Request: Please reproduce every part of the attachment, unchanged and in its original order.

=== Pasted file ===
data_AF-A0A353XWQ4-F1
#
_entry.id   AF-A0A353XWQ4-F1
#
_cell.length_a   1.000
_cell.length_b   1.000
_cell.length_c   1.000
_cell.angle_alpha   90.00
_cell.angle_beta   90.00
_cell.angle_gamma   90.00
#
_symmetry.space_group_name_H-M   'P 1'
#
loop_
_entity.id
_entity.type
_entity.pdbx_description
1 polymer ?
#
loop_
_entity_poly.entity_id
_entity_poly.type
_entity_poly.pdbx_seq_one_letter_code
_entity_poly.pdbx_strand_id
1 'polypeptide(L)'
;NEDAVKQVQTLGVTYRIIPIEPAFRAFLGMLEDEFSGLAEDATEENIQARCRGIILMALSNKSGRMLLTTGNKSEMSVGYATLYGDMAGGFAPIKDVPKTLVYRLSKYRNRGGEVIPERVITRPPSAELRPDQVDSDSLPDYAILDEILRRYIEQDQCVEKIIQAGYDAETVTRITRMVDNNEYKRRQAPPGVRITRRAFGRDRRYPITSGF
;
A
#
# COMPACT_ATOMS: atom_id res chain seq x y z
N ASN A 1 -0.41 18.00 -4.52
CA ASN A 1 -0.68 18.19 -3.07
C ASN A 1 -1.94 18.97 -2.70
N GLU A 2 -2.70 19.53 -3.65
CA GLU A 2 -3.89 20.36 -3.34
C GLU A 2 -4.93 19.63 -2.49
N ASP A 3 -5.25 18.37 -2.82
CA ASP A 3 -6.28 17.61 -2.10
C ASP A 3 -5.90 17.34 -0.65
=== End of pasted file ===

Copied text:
data_AF-A0A353XWQ4-F1
#
_entry.id   AF-A0A353XWQ4-F1
#
_cell.length_a   1.000
_cell.length_b   1.000
_cell.length_c   1.000
_cell.angle_alpha   90.00
_cell.angle_beta   90.00
_cell.angle_gamma   90.00
#
_symmetry.space_group_name_H-M   'P 1'
#
loop_
_entity.id
_entity.type
_entity.pdbx_description
1 polymer ?
#
loop_
_entity_poly.entity_id
_entity_poly.type
_entity_poly.pdbx_seq_one_letter_code
_entity_poly.pdbx_strand_id
1 'polypeptide(L)'
;NEDAVKQVQTLGVTYRIIPIEPAFRAFLGMLEDEFSGLAEDATEENIQARCRGIILMALSNKSGRMLLTTGNKSEMSVGYATLYGDMAGGFAPIKDVPKTLVYRLSKYRNRGGEVIPERVITRPPSAELRPDQVDSDSLPDYAILDEILRRYIEQDQCVEKIIQAGYDAETVTRITRMVDNNEYKRRQAPPGVRITRRAFGRDRRYPITSGF
;
A
#
# COMPACT_ATOMS: atom_id res chain seq x y z
N ASN A 1 -0.41 18.00 -4.52
CA ASN A 1 -0.68 18.19 -3.07
C ASN A 1 -1.94 18.97 -2.70
N GLU A 2 -2.70 19.53 -3.65
CA GLU A 2 -3.89 20.36 -3.34
C GLU A 2 -4.93 19.63 -2.49
N ASP A 3 -5.25 18.37 -2.82
CA ASP A 3 -6.28 17.61 -2.10
C ASP A 3 -5.90 17.34 -0.65